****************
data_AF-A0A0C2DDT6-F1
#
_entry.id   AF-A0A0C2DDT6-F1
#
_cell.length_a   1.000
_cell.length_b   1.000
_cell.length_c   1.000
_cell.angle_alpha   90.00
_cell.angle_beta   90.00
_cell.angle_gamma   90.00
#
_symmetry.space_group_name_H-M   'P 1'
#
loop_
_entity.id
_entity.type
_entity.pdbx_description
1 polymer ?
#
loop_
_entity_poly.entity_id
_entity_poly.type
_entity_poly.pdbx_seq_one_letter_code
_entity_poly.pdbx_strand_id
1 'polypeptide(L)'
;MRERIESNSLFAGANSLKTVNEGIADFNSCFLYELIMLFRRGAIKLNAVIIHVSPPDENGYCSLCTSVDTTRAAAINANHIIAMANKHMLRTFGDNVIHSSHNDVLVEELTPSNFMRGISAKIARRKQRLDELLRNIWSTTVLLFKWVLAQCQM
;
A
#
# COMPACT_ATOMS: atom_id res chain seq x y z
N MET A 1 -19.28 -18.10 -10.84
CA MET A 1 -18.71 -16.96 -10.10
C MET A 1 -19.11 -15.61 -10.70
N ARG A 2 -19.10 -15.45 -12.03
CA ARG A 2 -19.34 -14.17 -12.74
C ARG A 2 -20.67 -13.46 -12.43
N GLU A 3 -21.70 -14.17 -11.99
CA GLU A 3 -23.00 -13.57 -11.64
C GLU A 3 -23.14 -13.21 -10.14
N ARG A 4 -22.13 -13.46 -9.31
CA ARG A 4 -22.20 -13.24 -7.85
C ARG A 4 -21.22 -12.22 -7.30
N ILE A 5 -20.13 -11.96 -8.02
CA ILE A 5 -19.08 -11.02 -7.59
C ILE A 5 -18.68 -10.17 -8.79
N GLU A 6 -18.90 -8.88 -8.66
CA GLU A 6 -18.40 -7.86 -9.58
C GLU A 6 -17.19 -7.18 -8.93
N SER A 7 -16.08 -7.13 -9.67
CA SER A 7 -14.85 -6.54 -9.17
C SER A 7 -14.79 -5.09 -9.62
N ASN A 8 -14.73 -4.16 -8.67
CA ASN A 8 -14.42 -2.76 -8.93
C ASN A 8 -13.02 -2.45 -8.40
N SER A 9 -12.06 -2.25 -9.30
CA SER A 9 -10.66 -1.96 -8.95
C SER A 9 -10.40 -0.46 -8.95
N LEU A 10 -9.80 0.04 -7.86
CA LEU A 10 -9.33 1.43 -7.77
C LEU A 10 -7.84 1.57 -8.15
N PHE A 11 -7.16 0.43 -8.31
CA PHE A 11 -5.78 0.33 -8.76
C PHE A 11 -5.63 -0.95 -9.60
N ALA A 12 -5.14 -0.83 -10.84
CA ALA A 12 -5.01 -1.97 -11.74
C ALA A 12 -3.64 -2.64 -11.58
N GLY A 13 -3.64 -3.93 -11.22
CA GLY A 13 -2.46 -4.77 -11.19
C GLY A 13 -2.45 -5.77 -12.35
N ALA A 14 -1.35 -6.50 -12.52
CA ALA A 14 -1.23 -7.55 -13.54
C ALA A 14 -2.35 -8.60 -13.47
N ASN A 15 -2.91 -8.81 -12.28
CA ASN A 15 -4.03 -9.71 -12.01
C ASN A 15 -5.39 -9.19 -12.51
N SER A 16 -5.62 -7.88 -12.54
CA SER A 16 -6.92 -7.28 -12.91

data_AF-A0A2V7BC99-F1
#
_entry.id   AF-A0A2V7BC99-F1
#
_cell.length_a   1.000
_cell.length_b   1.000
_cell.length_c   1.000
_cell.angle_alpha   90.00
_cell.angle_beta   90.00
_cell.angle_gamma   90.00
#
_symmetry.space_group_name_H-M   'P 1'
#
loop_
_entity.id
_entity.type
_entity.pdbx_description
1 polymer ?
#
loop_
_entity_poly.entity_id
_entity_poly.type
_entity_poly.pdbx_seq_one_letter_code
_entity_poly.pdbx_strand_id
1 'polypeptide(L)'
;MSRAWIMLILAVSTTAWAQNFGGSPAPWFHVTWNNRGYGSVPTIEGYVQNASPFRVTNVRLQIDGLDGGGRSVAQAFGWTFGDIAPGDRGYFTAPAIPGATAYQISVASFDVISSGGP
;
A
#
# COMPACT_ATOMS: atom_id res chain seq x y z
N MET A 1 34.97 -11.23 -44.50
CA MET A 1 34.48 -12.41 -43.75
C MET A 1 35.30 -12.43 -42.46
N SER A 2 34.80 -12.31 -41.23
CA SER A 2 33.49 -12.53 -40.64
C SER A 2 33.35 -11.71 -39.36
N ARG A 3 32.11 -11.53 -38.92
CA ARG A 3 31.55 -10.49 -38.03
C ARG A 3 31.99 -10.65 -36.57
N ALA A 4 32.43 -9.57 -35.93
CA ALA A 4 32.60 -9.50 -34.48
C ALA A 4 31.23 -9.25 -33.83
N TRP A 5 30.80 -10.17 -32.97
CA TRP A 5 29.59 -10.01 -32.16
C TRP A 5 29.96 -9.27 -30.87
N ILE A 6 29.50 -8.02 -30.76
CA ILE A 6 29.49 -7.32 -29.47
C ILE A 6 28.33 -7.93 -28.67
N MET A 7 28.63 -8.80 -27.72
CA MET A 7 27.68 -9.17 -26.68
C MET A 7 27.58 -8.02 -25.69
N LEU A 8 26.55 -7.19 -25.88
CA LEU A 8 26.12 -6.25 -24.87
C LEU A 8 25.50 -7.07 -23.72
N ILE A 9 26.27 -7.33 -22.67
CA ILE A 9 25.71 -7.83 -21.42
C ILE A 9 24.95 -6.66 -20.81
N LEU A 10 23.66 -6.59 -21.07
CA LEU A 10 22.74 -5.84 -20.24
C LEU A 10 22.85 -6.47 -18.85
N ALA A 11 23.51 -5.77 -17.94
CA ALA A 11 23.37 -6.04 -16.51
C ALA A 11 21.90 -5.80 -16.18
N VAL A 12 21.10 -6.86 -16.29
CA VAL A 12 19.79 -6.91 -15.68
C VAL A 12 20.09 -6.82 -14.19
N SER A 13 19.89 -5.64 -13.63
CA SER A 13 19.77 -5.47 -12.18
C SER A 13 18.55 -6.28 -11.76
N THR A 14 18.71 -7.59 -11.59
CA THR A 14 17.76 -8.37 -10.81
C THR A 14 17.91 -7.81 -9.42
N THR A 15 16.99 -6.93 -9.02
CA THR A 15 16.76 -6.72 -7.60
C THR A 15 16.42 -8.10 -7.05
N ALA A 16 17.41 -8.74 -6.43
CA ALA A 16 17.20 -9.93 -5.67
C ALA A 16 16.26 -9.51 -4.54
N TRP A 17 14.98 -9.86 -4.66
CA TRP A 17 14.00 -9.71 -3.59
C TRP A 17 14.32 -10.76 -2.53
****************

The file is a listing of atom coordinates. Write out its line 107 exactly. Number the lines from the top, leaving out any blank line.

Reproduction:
# COMPACT_ATOMS: atom_id res chain seq x y z